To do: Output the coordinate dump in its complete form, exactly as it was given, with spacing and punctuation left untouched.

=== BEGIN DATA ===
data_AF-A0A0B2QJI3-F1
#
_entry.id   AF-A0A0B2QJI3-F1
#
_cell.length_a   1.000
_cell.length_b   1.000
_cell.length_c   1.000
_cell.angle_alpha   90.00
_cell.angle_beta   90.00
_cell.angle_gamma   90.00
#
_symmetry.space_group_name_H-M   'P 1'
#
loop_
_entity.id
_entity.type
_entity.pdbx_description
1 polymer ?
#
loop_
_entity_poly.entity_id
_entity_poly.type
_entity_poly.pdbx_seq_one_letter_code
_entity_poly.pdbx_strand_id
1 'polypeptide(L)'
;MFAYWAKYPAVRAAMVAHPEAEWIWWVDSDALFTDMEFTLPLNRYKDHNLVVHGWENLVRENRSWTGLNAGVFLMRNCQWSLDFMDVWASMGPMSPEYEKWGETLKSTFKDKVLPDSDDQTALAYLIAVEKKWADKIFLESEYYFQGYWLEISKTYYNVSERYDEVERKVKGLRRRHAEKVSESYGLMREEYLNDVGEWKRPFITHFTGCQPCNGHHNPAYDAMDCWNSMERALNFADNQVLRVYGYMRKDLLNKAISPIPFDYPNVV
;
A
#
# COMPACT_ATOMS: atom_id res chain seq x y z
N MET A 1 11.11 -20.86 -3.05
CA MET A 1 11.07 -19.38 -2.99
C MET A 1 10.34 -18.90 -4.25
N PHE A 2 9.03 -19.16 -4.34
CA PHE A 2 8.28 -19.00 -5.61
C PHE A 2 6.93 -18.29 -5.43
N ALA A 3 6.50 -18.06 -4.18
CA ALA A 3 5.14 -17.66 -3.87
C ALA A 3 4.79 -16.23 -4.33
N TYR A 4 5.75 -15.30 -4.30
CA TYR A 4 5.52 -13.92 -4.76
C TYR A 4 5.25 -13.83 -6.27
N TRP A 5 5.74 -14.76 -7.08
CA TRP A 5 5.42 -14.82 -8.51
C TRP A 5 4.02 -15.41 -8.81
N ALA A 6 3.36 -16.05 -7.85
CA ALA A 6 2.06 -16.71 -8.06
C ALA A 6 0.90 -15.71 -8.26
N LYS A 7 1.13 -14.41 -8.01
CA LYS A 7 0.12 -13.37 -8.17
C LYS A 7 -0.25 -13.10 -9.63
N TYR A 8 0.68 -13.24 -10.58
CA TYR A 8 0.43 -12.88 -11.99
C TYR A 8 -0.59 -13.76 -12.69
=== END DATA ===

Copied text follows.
data_AF-A0A0B2QJI3-F1
#
_entry.id   AF-A0A0B2QJI3-F1
#
_cell.length_a   1.000
_cell.length_b   1.000
_cell.length_c   1.000
_cell.angle_alpha   90.00
_cell.angle_beta   90.00
_cell.angle_gamma   90.00
#
_symmetry.space_group_name_H-M   'P 1'
#
loop_
_entity.id
_entity.type
_entity.pdbx_description
1 polymer ?
#
loop_
_entity_poly.entity_id
_entity_poly.type
_entity_poly.pdbx_seq_one_letter_code
_entity_poly.pdbx_strand_id
1 'polypeptide(L)'
;MFAYWAKYPAVRAAMVAHPEAEWIWWVDSDALFTDMEFTLPLNRYKDHNLVVHGWENLVRENRSWTGLNAGVFLMRNCQWSLDFMDVWASMGPMSPEYEKWGETLKSTFKDKVLPDSDDQTALAYLIAVEKKWADKIFLESEYYFQGYWLEISKTYYNVSERYDEVERKVKGLRRRHAEKVSESYGLMREEYLNDVGEWKRPFITHFTGCQPCNGHHNPAYDAMDCWNSMERALNFADNQVLRVYGYMRKDLLNKAISPIPFDYPNVV
;
A
#
# COMPACT_ATOMS: atom_id res chain seq x y z
N MET A 1 11.11 -20.86 -3.05
CA MET A 1 11.07 -19.38 -2.99
C MET A 1 10.34 -18.90 -4.25
N PHE A 2 9.03 -19.16 -4.34
CA PHE A 2 8.28 -19.00 -5.61
C PHE A 2 6.93 -18.29 -5.43
N ALA A 3 6.50 -18.06 -4.18
CA ALA A 3 5.14 -17.66 -3.87
C ALA A 3 4.79 -16.23 -4.33
N TYR A 4 5.75 -15.30 -4.30
CA TYR A 4 5.52 -13.92 -4.76
C TYR A 4 5.25 -13.83 -6.27
N TRP A 5 5.74 -14.76 -7.08
CA TRP A 5 5.42 -14.82 -8.51
C TRP A 5 4.02 -15.41 -8.81
N ALA A 6 3.36 -16.05 -7.85
CA ALA A 6 2.06 -16.71 -8.06
C ALA A 6 0.90 -15.71 -8.26
N LYS A 7 1.13 -14.41 -8.01
CA LYS A 7 0.12 -13.37 -8.17
C LYS A 7 -0.25 -13.10 -9.63
N TYR A 8 0.68 -13.24 -10.58
CA TYR A 8 0.43 -12.88 -11.99
C TYR A 8 -0.59 -13.76 -12.69